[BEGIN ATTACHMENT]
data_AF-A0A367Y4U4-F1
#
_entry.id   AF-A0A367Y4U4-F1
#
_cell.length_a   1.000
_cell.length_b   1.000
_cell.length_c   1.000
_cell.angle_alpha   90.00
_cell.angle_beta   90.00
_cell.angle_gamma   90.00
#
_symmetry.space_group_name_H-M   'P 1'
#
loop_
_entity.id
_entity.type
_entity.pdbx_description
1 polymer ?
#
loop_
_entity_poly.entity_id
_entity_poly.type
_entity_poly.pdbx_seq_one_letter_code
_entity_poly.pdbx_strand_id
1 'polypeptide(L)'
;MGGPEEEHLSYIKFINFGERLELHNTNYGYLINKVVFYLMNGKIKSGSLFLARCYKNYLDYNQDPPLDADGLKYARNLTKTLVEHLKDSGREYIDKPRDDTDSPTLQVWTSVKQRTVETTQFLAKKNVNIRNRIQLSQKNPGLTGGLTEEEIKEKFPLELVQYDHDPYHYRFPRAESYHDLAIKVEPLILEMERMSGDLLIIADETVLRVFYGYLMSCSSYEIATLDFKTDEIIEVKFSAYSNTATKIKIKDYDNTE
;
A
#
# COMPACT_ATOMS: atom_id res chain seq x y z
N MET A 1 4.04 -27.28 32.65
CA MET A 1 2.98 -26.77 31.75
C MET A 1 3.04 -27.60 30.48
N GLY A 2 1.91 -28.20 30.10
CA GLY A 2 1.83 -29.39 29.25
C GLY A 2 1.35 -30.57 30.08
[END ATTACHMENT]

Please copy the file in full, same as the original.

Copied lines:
data_AF-A0A367Y4U4-F1
#
_entry.id   AF-A0A367Y4U4-F1
#
_cell.length_a   1.000
_cell.length_b   1.000
_cell.length_c   1.000
_cell.angle_alpha   90.00
_cell.angle_beta   90.00
_cell.angle_gamma   90.00
#
_symmetry.space_group_name_H-M   'P 1'
#
loop_
_entity.id
_entity.type
_entity.pdbx_description
1 polymer ?
#
loop_
_entity_poly.entity_id
_entity_poly.type
_entity_poly.pdbx_seq_one_letter_code
_entity_poly.pdbx_strand_id
1 'polypeptide(L)'
;MGGPEEEHLSYIKFINFGERLELHNTNYGYLINKVVFYLMNGKIKSGSLFLARCYKNYLDYNQDPPLDADGLKYARNLTKTLVEHLKDSGREYIDKPRDDTDSPTLQVWTSVKQRTVETTQFLAKKNVNIRNRIQLSQKNPGLTGGLTEEEIKEKFPLELVQYDHDPYHYRFPRAESYHDLAIKVEPLILEMERMSGDLLIIADETVLRVFYGYLMSCSSYEIATLDFKTDEIIEVKFSAYSNTATKIKIKDYDNTE
;
A
#
# COMPACT_ATOMS: atom_id res chain seq x y z
N MET A 1 4.04 -27.28 32.65
CA MET A 1 2.98 -26.77 31.75
C MET A 1 3.04 -27.60 30.48
N GLY A 2 1.91 -28.20 30.10
CA GLY A 2 1.83 -29.39 29.25
C GLY A 2 1.35 -30.57 30.08